WHILE many countries in Africa have adopted national drug policies these policies do nothing for the public they are meant to serve if they remain only written plans. Consumer involvement in implementing such policies is crucial in order to address the public’s real needs regarding health and medicines. In many cases countries have done little to make sure national policies address consumer’s health needs in a participatory and attainable way. The reasons behind these successes and failures, and strategies for ensuring consumer involvement in various aspects of these policies were the focus of HAI’s second regional workshop for Africa. Entitled Networking for Rational Drug Use in Southern Africa: Consumer Involvement in National Drug Policies, the meeting was held from 30 May to 5 June 1998. It brought 34 participants - including consumer activists, NGO representatives, drug information experts, journalists, pharmacists and clinical pharmacologists from 11 African countries - to Johannesburg, South Africa.
Consumer groups in many African countries are realising the value of health education. Here in The Gambia women gather to listen to health messages on the radio
In his introductory remarks to the workshop, Dr Harm Pretorious, Deputy Director-General of South Africa’s Department of Health, spoke about this critical period for his country’s drug policy. After South Africa’s first democratic elections in 1994, the Department of Health had revised its policy in order to remove all of the health sector’s past inequalities. The new policy was developed through broad consultation and included many stakeholders because of its far-reaching impact on all groups in society. The policy’s main objective is to supply essential drugs to the majority of the people at an affordable price, ensuring safety, efficacy, good dispensing practices and patient education.
Obstacles to overcome
However, discussions revealed that the national drug policies adopted by other countries in the region are less clear. Other problems also emerged. In many Southern African countries there is an acute shortage of public sector health care providers, especially pharmacists. This has a serious impact on the success of national drug policies. Key positions remain vacant and trained workers often leave for better-paid jobs in the private sector. Inadequate budgets, major local currency devaluations, drug shortages and emergency procurement damage the national drug policy’s possible impact. Rising drug prices make drugs inaccessible to many consumers in the region. Due to economic liberalisation, drug pricing is not effectively controlled by legislation and instead relies on market forces. Prices for the same drugs vary widely depending on where they are bought. Rational drug use goals are further upset by many countries’ dependence on donations - which are often sent in an uncoordinated way.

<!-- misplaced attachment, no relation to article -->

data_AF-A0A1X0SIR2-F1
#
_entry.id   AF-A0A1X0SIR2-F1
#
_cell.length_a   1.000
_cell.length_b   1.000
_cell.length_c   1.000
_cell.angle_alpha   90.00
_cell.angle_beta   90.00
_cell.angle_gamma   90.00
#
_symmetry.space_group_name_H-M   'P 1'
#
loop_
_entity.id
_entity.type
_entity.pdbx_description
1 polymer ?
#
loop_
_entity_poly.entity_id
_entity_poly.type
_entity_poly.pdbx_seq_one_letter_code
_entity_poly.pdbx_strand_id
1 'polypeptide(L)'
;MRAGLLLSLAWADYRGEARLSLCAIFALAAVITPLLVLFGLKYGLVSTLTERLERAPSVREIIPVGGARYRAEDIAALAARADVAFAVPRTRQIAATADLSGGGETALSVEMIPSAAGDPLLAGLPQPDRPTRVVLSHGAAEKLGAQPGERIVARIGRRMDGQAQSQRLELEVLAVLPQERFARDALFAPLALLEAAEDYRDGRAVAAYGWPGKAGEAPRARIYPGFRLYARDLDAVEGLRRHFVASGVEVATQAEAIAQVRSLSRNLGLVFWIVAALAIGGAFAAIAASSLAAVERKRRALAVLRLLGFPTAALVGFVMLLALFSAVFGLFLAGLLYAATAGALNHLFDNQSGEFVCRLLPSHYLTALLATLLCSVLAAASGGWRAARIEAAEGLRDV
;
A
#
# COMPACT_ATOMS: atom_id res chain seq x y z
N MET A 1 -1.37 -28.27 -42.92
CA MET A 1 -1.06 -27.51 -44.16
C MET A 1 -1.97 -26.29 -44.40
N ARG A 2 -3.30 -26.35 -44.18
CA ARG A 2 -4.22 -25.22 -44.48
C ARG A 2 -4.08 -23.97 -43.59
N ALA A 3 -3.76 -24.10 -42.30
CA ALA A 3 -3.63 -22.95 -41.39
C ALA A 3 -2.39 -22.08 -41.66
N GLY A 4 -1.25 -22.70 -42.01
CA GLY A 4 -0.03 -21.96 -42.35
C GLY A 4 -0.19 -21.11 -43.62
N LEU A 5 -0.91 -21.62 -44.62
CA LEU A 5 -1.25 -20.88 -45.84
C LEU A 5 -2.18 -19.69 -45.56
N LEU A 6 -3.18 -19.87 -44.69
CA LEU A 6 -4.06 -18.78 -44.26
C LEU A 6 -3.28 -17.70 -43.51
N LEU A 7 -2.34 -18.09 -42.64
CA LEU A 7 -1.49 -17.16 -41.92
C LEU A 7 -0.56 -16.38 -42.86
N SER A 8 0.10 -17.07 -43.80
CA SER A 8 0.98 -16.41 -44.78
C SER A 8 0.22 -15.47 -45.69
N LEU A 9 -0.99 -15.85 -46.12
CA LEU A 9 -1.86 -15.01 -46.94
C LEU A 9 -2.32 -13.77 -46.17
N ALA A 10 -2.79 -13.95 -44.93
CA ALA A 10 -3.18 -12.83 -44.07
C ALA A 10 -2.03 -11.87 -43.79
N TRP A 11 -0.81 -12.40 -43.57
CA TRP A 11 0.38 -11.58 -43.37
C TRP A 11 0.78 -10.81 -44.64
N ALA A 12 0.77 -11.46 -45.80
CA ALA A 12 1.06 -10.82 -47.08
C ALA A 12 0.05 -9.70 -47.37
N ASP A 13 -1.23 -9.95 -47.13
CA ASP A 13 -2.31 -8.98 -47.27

Yet there have been encouraging developments which will help to solve these problems. In Malawi and Lesotho, for example, donors have begun to contact church groups to ask if certain drugs are needed and they then send them in usable quantities. In Zimbabwe the Consumer Council is lobbying for legislation to control drug prices, and a number of groups attending the workshop have initiated a regional drug pricing survey to address unacceptable price variations.
Spreading the word
Despite so many constraints groups in the region are active in making consumers more aware of the issues involved in national drug policies. For example, the meeting heard that in Mozambique a new consumers’ organization has campaigned for rational use of drugs. The group, ProConsumers, has publicised the dangers of using expired drugs and broadcast radio programmes informing people about the dangers of buying drugs from the informal sector. Health Action Centre in Nigeria has relied on creative means to educate consumers, including traditional storytelling and drama presentations to point out drug hawkers’ tricks, such as changing expiry dates, copying labels and substituting ingredients. The Group makes any location a potential learning place, by meeting with consumers in their homes, at schools, in churches and market places, during women’s organizations’ meetings or on buses.
Before the meeting closed, participants discussed the next phase in HAI’s three-year project, Networking for Rational Drug Use in Africa. Plans are already well advanced for a third regional workshop, this time in francophone Africa.
A report of the workshop is available from: HAI-Europe, Jacob van Lennepkade 334T, 1053 NJ Amsterdam, the Netherlands.
Source: HAI News, August 1998.